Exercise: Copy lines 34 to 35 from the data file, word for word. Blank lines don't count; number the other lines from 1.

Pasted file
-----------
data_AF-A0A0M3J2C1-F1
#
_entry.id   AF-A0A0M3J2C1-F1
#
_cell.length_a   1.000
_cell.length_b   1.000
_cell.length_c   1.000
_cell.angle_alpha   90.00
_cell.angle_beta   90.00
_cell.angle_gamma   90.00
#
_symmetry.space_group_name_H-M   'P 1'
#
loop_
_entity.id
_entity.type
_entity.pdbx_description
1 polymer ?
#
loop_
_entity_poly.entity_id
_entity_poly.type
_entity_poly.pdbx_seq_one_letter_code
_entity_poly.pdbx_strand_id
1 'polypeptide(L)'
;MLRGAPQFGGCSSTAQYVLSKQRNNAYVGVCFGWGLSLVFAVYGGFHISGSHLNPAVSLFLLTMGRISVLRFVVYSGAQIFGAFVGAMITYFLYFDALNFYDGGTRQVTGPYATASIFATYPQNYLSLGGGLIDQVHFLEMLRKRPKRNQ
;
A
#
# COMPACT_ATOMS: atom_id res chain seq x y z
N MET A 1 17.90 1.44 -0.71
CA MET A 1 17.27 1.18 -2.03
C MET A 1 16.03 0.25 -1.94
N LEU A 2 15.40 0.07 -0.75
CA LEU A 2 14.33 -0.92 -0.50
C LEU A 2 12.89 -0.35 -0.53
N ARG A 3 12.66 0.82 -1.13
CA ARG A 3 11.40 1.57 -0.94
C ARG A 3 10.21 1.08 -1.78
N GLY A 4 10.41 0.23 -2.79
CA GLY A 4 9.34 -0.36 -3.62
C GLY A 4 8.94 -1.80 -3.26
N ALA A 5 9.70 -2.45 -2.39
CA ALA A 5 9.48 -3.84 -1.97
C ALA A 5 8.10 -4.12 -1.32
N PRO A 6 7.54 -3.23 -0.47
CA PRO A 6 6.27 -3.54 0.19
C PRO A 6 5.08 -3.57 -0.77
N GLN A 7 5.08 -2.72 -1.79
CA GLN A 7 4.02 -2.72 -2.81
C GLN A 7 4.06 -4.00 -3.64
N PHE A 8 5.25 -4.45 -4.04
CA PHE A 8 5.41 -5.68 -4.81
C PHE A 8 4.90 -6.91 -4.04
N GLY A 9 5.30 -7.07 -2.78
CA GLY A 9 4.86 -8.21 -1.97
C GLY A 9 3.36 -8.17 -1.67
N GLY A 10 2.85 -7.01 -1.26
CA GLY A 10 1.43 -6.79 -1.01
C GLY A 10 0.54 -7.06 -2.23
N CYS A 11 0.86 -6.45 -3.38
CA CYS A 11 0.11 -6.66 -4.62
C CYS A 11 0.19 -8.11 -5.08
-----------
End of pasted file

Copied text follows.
N LEU A 2 15.40 0.07 -0.75
CA LEU A 2 14.33 -0.92 -0.50